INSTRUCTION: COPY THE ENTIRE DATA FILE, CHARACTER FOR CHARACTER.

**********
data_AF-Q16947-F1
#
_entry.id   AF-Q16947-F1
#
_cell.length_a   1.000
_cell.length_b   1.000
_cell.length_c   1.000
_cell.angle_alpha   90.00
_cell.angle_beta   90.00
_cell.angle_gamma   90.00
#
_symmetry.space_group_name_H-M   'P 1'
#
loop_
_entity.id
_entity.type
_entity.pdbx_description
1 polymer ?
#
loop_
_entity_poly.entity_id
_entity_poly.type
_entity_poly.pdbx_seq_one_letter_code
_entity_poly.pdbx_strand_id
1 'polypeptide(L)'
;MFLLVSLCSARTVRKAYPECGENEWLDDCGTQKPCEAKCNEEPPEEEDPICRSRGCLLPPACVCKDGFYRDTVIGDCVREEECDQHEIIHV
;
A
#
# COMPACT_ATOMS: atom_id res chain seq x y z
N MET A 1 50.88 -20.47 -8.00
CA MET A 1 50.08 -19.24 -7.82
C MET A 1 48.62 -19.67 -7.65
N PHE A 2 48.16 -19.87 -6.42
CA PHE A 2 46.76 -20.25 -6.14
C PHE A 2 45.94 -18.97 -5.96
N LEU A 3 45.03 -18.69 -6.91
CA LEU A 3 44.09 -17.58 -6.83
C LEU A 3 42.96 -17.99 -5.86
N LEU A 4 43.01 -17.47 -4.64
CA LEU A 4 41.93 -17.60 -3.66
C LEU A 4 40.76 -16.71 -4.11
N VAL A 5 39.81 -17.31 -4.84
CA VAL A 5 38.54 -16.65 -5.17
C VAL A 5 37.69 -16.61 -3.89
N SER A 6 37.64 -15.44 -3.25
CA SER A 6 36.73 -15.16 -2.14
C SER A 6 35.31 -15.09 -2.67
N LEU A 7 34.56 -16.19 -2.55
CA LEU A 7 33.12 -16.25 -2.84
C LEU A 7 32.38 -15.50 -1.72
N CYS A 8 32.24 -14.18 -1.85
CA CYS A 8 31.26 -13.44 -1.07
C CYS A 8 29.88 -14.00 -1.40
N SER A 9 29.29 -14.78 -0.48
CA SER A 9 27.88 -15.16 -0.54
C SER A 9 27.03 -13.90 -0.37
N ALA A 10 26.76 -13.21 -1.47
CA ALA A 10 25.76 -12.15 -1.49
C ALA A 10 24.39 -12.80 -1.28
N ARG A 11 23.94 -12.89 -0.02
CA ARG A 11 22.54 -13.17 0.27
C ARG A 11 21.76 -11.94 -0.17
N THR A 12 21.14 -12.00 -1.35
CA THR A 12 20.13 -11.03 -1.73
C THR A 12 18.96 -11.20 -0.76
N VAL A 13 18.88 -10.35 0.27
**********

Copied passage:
data_AF-Q16947-F1
#
_entry.id   AF-Q16947-F1
#
_cell.length_a   1.000
_cell.length_b   1.000
_cell.length_c   1.000
_cell.angle_alpha   90.00
_cell.angle_beta   90.00
_cell.angle_gamma   90.00
#
_symmetry.space_group_name_H-M   'P 1'
#
loop_
_entity.id
_entity.type
_entity.pdbx_description
1 polymer ?
#
loop_
_entity_poly.entity_id
_entity_poly.type
_entity_poly.pdbx_seq_one_letter_code
_entity_poly.pdbx_strand_id
1 'polypeptide(L)'
;MFLLVSLCSARTVRKAYPECGENEWLDDCGTQKPCEAKCNEEPPEEEDPICRSRGCLLPPACVCKDGFYRDTVIGDCVREEECDQHEIIHV
;
A
#
# COMPACT_ATOMS: atom_id res chain seq x y z
N MET A 1 50.88 -20.47 -8.00
CA MET A 1 50.08 -19.24 -7.82
C MET A 1 48.62 -19.67 -7.65
N PHE A 2 48.16 -19.87 -6.42
CA PHE A 2 46.76 -20.25 -6.14
C PHE A 2 45.94 -18.97 -5.96
N LEU A 3 45.03 -18.69 -6.91
CA LEU A 3 44.09 -17.58 -6.83
C LEU A 3 42.96 -17.99 -5.86
N LEU A 4 43.01 -17.47 -4.64
CA LEU A 4 41.93 -17.60 -3.66
C LEU A 4 40.76 -16.71 -4.11
N VAL A 5 39.81 -17.31 -4.84
CA VAL A 5 38.54 -16.65 -5.17
C VAL A 5 37.69 -16.61 -3.89
N SER A 6 37.64 -15.44 -3.25
CA SER A 6 36.73 -15.16 -2.14
C SER A 6 35.31 -15.09 -2.67
N LEU A 7 34.56 -16.19 -2.55
CA LEU A 7 33.12 -16.25 -2.84
C LEU A 7 32.38 -15.50 -1.72
N CYS A 8 32.24 -14.18 -1.85
CA CYS A 8 31.26 -13.44 -1.07
C CYS A 8 29.88 -14.00 -1.40
N SER A 9 29.29 -14.78 -0.48
CA SER A 9 27.88 -15.16 -0.54
C SER A 9 27.03 -13.90 -0.37
N ALA A 10 26.76 -13.21 -1.47
CA ALA A 10 25.76 -12.15 -1.49
C ALA A 10 24.39 -12.80 -1.28
N ARG A 11 23.94 -12.89 -0.02
CA ARG A 11 22.54 -13.17 0.27
C ARG A 11 21.76 -11.94 -0.17
N THR A 12 21.14 -12.00 -1.35
CA THR A 12 20.13 -11.03 -1.73
C THR A 12 18.96 -11.20 -0.76
N VAL A 13 18.88 -10.35 0.27